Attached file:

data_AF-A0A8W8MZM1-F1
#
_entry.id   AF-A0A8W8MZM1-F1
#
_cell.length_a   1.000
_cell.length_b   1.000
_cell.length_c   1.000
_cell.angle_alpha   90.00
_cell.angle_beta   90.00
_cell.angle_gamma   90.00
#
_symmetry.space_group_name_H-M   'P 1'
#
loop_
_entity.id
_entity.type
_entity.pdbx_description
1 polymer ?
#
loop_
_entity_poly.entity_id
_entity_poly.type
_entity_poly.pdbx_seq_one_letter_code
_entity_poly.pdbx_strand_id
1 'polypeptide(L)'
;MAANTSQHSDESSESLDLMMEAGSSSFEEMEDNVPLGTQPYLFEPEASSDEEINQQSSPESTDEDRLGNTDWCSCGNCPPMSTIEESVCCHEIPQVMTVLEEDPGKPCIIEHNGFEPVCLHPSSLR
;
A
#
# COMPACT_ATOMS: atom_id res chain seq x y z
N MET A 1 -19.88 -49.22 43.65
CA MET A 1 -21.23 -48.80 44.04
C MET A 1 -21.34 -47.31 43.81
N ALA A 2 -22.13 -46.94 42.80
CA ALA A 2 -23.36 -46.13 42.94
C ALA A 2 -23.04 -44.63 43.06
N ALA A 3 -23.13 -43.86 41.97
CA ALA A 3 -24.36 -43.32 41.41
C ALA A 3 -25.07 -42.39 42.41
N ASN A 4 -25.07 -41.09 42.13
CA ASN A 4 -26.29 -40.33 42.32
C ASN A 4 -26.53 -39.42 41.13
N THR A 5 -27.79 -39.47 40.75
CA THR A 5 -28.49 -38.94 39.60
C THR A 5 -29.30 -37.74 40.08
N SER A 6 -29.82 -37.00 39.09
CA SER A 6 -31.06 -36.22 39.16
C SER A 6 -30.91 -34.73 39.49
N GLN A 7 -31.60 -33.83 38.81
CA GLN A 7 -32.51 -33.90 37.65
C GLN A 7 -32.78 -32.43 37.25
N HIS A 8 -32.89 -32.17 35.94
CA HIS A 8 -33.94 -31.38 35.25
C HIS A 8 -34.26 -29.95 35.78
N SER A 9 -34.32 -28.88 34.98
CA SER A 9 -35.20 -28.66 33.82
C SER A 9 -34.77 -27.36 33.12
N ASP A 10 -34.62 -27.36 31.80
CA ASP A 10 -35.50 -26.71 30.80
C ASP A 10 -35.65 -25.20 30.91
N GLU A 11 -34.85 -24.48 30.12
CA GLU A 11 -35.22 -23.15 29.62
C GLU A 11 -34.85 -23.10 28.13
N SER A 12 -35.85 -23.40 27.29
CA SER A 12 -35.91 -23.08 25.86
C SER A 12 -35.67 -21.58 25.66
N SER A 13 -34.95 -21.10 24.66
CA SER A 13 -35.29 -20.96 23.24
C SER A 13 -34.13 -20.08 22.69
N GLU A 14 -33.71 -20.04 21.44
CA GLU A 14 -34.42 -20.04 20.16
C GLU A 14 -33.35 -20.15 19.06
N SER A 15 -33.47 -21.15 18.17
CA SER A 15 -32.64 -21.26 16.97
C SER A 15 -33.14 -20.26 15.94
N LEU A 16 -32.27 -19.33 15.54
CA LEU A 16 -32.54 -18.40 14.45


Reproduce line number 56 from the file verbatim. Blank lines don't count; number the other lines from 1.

CA SER A 9 -35.20 -28.66 33.82